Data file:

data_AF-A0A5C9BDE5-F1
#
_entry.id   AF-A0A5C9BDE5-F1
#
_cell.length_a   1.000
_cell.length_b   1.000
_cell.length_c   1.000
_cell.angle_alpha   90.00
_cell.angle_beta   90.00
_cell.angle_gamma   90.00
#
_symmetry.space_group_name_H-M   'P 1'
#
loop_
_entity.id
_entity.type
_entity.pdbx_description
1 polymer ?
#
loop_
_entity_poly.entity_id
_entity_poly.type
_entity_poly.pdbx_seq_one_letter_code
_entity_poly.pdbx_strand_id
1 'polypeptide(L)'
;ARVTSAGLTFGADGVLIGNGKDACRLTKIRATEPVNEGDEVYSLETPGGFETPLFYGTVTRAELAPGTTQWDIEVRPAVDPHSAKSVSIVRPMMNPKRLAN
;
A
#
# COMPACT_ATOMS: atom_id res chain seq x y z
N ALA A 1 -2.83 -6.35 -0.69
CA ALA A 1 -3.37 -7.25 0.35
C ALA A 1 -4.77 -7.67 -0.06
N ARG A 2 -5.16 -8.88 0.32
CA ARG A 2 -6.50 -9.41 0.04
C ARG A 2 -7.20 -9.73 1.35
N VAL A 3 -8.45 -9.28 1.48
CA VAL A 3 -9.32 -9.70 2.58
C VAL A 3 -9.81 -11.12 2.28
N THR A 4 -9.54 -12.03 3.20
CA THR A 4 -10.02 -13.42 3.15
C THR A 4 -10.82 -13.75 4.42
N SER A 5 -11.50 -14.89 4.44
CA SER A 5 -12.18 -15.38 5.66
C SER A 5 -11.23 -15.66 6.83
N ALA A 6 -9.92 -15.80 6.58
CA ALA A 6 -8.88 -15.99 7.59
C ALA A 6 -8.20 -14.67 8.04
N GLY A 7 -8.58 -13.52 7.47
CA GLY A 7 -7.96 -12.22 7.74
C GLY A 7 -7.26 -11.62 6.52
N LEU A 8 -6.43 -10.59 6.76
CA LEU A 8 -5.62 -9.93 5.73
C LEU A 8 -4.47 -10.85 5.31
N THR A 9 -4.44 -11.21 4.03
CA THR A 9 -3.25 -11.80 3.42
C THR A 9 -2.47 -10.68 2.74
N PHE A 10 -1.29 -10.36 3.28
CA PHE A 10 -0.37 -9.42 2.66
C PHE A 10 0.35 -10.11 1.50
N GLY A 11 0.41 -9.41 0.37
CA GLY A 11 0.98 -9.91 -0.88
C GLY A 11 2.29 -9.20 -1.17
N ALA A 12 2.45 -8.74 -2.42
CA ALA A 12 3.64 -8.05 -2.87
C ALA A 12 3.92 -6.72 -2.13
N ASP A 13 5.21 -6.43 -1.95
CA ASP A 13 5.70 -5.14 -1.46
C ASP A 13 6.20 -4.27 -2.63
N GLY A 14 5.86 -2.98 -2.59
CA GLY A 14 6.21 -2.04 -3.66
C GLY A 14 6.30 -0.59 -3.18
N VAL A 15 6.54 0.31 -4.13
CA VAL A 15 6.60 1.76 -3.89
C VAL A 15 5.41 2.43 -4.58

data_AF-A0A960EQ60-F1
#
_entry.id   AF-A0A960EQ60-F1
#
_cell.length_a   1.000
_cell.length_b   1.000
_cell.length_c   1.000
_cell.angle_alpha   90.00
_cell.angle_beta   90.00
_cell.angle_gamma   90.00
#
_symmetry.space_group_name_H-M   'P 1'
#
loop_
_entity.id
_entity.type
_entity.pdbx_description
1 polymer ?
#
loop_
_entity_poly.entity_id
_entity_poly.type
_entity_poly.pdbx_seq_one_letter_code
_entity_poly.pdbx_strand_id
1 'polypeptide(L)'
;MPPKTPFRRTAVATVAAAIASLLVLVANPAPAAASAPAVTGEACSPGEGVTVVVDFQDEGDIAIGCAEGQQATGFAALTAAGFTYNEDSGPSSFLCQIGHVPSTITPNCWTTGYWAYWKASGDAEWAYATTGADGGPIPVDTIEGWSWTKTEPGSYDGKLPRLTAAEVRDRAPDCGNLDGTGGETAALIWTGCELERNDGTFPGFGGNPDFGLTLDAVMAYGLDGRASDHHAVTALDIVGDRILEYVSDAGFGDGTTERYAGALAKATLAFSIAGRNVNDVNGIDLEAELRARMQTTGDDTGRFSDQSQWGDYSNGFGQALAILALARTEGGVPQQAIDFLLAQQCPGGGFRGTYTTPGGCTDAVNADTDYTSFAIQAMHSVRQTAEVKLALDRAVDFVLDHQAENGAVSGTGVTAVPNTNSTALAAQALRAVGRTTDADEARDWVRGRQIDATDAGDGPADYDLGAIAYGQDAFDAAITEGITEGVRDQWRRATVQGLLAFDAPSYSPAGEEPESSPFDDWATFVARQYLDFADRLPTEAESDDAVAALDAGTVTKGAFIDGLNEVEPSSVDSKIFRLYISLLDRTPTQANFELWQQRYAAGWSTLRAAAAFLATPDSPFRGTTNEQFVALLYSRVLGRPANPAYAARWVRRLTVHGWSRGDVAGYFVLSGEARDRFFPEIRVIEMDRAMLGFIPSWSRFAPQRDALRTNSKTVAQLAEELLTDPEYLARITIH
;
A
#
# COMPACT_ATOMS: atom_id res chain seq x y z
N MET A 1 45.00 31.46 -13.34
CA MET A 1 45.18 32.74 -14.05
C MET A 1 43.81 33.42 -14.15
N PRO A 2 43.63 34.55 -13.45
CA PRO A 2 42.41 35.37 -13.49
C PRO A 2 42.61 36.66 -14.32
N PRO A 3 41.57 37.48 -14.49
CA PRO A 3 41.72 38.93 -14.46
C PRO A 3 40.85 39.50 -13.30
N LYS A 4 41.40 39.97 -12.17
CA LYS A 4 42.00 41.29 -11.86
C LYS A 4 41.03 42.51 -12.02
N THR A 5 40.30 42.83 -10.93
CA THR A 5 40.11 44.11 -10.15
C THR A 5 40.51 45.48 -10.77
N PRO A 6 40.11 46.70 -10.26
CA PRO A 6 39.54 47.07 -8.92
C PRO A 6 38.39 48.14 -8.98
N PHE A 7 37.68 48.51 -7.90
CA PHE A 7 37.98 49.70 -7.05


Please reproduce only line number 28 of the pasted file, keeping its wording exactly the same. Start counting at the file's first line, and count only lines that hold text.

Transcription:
A